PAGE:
My dissertation was on the topic of bottlenose dolphin sound production during biosonar. One of the things that I’ll be reporting on is a figure for the minimum intranarial pressure seen at the time of click emission in dolphins. Well, yes, it is in my dissertation, available online, but it isn’t really official until it is out in the technical literature.
What I want to talk about here and now, though, are the approaches to this number seen in past research.
The first stop is a paper by Evans and Prescott, published in 1962. Bill Evans, I will note, was also my dissertation advisor.
Evans, W. and Prescott, J. (1962). “Observations of the sound production capabilities of the bottlenose porpoise: A study of whistles and clicks”. Zoologica 47, 121–128.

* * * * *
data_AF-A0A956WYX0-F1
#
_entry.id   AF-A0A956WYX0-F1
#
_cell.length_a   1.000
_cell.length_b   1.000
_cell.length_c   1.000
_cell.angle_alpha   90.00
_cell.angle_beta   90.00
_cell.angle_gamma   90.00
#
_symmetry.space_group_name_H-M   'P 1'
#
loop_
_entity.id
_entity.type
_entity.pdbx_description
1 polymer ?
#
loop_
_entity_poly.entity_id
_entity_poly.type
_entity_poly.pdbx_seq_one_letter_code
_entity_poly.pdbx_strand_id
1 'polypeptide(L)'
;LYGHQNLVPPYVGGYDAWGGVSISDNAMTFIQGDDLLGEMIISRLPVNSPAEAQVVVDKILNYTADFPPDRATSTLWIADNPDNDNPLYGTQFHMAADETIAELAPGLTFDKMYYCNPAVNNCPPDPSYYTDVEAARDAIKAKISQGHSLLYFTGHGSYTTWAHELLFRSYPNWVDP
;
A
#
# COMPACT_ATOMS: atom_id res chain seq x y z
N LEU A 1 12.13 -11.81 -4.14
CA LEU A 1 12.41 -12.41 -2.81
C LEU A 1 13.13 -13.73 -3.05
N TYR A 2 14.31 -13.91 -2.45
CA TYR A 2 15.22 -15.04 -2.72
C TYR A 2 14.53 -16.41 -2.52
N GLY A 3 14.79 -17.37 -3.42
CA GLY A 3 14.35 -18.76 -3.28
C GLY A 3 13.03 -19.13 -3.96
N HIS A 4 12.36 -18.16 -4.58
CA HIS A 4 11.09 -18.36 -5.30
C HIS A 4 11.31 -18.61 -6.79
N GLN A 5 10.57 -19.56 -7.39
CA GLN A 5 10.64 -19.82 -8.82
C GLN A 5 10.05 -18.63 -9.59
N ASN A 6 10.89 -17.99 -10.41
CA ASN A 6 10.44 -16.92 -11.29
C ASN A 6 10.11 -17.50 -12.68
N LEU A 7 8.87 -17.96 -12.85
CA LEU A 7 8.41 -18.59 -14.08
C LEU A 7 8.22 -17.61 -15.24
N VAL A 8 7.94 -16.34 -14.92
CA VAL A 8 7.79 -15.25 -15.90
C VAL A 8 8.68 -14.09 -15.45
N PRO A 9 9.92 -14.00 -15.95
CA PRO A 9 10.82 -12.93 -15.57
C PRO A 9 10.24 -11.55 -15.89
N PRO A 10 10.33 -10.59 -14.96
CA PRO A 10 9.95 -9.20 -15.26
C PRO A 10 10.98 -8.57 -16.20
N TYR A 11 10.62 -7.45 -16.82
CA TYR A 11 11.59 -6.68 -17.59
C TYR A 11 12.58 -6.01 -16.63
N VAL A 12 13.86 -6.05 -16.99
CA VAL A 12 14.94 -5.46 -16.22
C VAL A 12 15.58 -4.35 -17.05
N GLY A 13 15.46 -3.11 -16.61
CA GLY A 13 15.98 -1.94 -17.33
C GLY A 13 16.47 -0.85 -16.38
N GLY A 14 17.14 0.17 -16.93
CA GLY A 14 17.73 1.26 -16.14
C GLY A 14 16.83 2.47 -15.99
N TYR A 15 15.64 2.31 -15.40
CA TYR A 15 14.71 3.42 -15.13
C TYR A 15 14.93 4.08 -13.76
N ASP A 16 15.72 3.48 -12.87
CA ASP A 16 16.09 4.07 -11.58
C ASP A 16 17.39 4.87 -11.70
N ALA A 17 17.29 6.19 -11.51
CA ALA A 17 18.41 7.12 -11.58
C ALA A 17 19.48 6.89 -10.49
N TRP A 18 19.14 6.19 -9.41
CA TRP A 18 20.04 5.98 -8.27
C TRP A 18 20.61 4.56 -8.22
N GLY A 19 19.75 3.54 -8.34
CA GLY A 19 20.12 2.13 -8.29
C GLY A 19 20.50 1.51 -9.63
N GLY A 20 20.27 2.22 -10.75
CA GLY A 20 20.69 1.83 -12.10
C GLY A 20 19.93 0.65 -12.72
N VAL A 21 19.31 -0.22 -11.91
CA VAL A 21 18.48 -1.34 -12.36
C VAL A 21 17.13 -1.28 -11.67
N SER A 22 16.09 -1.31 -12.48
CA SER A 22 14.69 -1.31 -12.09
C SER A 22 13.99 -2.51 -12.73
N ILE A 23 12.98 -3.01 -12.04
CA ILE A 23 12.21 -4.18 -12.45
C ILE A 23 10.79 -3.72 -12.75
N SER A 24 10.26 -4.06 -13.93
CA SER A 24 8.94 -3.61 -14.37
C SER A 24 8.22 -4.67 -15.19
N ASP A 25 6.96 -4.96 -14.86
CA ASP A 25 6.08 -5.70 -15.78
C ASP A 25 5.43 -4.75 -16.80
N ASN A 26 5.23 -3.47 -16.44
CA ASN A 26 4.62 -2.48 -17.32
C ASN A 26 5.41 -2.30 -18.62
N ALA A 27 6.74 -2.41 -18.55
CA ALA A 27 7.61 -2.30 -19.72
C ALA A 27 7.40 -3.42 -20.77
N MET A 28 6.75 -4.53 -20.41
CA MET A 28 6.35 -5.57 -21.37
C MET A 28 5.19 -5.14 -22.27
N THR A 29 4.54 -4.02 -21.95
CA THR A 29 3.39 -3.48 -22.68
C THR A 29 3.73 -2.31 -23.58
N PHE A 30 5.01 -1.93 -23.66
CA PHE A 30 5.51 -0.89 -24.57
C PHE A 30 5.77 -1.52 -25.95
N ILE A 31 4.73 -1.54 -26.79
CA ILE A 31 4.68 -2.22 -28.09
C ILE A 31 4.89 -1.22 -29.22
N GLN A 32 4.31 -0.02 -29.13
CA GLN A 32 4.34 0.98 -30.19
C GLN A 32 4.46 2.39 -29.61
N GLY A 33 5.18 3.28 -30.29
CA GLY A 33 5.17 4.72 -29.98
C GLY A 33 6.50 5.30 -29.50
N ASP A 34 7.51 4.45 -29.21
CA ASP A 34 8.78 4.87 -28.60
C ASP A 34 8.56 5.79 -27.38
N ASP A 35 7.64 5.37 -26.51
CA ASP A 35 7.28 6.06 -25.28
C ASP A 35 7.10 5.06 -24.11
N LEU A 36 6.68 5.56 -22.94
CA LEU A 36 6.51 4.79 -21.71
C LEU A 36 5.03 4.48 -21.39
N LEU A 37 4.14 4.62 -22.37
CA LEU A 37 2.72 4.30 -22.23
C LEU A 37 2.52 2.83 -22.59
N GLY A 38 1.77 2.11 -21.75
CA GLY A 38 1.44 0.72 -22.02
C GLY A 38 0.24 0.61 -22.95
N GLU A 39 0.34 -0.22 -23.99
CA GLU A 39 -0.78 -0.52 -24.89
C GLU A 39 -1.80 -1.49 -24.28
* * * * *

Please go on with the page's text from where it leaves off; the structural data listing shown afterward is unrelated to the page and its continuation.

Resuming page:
This paper provides an answer to the question, “What can you do with a dead dolphin head?” One thing to do is to insert a tube hooked up to pressurized air and run that through the nasal passages. What they reported was that they heard click-like sounds produced when the pressure delivered into the head was 1.5 PSI and the flow rate was ten liters per minute. Converting the first figure gives 10.3 kPa pressure, about one-tenth of an atmosphere of pressure. If a click train lasted three seconds, the second figure means that about a half a liter of gas would pass through the nasal passages and up into the vestibular sacs during that time. I suspect that is on the high side of things, but probably reasonable considering that they were looking at a dead specimen. Another aspect to consider is that live dolphins can often produce clicks with negligible energy in the frequency range covered by human hearing. Being able to hear click-like sounds indicates that the system may not be operating in its best range post-mortem, also not terribly surprising.
The next stop will be Amundin and Andersen 1983.